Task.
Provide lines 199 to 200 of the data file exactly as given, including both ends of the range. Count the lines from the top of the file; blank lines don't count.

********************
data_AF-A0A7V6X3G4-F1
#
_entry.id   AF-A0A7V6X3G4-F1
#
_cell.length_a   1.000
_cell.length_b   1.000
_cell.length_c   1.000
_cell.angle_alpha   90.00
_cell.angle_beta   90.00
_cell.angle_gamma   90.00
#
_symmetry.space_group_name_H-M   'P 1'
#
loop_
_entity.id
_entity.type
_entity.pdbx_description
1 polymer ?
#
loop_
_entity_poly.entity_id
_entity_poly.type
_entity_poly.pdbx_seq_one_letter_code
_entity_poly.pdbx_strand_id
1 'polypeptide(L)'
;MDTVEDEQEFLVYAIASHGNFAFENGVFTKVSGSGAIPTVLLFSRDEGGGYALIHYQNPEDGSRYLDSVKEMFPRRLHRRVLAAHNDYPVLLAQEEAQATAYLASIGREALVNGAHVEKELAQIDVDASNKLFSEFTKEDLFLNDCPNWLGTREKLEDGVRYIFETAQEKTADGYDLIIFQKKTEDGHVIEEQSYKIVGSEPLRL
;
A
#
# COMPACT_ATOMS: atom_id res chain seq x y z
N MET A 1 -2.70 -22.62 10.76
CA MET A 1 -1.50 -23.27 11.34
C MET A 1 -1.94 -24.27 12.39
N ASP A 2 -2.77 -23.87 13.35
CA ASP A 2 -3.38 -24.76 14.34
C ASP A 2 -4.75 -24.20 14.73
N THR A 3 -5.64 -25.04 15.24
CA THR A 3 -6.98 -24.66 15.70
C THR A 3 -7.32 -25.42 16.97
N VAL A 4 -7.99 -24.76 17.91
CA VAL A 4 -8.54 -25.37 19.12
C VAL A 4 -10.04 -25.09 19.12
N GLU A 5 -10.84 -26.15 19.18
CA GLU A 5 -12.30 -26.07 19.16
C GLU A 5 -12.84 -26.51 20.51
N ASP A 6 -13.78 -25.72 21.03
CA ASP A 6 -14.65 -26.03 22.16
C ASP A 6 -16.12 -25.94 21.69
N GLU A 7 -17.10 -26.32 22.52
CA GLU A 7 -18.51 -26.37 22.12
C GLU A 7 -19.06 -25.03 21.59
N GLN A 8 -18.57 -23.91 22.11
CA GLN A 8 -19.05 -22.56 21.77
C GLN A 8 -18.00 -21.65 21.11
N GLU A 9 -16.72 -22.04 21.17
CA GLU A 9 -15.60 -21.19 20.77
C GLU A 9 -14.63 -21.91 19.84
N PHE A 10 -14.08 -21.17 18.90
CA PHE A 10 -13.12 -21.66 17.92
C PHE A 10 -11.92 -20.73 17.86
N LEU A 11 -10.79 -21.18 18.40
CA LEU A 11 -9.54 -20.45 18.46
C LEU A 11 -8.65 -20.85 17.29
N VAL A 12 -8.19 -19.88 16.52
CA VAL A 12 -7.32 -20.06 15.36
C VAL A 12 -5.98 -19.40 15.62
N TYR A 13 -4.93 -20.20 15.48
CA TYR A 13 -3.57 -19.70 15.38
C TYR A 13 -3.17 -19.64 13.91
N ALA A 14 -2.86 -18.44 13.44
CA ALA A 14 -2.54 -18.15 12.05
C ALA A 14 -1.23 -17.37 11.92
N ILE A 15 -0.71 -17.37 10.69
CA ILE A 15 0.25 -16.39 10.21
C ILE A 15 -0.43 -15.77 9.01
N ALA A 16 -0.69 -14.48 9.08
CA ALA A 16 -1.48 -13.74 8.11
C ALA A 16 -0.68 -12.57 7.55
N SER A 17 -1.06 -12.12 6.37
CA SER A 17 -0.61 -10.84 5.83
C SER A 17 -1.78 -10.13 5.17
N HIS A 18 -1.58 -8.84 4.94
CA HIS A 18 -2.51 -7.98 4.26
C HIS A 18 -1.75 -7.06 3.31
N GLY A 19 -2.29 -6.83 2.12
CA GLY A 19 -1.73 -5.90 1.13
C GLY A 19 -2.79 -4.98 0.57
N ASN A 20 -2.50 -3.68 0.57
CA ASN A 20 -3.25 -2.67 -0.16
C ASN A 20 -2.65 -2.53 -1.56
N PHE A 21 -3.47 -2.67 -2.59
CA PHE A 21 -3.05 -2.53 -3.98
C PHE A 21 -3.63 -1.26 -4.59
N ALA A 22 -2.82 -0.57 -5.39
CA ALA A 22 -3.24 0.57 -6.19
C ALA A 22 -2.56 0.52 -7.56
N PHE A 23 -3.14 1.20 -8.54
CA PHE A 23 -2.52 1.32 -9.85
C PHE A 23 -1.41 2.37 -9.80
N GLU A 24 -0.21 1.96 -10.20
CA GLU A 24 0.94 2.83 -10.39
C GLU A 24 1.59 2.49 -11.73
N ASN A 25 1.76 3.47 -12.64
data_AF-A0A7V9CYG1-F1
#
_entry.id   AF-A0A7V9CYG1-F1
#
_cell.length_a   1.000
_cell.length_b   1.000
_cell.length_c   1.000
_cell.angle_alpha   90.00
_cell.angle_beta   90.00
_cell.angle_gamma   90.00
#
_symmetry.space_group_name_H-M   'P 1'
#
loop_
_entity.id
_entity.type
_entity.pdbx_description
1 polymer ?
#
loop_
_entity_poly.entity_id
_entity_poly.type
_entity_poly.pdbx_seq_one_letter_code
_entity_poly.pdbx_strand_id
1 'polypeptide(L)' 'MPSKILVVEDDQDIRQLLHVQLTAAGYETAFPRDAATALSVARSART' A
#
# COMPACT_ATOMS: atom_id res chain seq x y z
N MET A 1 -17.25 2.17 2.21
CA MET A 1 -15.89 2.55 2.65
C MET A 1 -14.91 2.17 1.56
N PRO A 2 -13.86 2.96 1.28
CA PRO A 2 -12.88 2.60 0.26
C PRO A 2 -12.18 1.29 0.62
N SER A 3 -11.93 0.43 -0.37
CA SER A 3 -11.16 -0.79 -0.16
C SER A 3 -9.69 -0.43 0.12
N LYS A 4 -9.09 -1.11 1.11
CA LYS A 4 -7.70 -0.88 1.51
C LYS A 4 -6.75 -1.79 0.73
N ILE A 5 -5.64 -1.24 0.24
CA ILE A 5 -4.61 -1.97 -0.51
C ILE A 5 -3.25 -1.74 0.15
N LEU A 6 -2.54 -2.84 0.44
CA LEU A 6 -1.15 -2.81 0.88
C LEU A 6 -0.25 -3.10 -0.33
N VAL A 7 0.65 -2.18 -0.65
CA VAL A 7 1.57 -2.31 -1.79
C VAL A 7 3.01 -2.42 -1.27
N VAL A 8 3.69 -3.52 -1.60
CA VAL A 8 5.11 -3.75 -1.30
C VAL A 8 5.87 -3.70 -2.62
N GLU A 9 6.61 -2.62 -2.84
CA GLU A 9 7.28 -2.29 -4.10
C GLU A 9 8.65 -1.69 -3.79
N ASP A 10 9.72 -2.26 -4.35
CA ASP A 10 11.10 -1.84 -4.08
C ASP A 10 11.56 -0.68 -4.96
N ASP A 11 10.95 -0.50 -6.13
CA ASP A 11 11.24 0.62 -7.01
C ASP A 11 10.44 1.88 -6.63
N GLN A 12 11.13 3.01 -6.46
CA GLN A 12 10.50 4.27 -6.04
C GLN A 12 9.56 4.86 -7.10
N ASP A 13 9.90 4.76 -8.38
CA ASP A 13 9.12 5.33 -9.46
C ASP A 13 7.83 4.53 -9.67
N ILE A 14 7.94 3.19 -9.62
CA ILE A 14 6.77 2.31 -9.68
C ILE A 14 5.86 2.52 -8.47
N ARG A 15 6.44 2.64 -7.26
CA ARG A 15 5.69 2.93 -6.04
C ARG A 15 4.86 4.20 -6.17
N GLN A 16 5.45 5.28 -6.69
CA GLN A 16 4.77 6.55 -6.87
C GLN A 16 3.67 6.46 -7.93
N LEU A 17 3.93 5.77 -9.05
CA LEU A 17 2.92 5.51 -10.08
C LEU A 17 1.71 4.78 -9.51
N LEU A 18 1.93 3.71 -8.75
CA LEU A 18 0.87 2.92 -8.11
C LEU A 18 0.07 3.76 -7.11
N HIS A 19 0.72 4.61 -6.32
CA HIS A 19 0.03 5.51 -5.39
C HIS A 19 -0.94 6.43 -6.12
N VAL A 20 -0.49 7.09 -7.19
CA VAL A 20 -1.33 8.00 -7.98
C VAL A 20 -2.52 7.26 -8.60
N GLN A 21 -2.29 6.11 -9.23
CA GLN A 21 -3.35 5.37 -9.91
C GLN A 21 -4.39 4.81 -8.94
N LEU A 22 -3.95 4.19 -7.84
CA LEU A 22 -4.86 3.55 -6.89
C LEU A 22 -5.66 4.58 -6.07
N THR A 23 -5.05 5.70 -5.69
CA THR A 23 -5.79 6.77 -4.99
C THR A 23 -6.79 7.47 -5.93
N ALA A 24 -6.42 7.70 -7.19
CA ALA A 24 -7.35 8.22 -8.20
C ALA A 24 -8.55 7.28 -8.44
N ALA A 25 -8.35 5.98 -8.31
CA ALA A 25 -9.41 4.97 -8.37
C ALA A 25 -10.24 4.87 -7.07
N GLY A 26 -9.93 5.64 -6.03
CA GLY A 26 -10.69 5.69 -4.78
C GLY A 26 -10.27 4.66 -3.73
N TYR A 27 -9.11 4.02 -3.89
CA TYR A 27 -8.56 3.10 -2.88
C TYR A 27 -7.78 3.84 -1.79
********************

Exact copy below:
C THR A 23 -6.79 7.47 -5.93
N ALA A 24 -6.42 7.70 -7.19